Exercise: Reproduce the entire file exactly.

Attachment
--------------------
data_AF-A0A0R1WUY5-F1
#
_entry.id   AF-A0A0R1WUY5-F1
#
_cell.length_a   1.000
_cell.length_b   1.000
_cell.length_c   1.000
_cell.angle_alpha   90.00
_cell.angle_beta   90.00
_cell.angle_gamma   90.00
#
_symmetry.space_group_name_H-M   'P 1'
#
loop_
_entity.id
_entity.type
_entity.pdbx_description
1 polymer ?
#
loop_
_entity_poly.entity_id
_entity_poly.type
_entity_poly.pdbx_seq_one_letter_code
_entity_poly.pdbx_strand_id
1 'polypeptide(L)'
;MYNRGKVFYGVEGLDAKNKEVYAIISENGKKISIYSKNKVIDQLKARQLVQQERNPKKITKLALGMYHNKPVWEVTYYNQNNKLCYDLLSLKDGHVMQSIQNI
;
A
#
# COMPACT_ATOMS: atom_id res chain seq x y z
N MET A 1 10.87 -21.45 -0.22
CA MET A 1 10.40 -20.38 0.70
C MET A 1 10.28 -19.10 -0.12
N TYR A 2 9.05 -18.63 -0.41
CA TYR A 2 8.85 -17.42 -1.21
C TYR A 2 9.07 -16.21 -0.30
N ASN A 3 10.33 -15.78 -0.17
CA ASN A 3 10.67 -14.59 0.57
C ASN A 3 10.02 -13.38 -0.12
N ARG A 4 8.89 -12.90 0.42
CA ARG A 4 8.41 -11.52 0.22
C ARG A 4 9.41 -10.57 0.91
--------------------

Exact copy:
data_AF-A0A0R1WUY5-F1
#
_entry.id   AF-A0A0R1WUY5-F1
#
_cell.length_a   1.000
_cell.length_b   1.000
_cell.length_c   1.000
_cell.angle_alpha   90.00
_cell.angle_beta   90.00
_cell.angle_gamma   90.00
#
_symmetry.space_group_name_H-M   'P 1'
#
loop_
_entity.id
_entity.type
_entity.pdbx_description
1 polymer ?
#
loop_
_entity_poly.entity_id
_entity_poly.type
_entity_poly.pdbx_seq_one_letter_code
_entity_poly.pdbx_strand_id
1 'polypeptide(L)'
;MYNRGKVFYGVEGLDAKNKEVYAIISENGKKISIYSKNKVIDQLKARQLVQQERNPKKITKLALGMYHNKPVWEVTYYNQNNKLCYDLLSLKDGHVMQSIQNI
;
A
#
# COMPACT_ATOMS: atom_id res chain seq x y z
N MET A 1 10.87 -21.45 -0.22
CA MET A 1 10.40 -20.38 0.70
C MET A 1 10.28 -19.10 -0.12
N TYR A 2 9.05 -18.63 -0.41
CA TYR A 2 8.85 -17.42 -1.21
C TYR A 2 9.07 -16.21 -0.30
N ASN A 3 10.33 -15.78 -0.17
CA ASN A 3 10.67 -14.59 0.57
C ASN A 3 10.02 -13.38 -0.12
N ARG A 4 8.89 -12.90 0.42
CA ARG A 4 8.41 -11.52 0.22
C ARG A 4 9.41 -10.57 0.91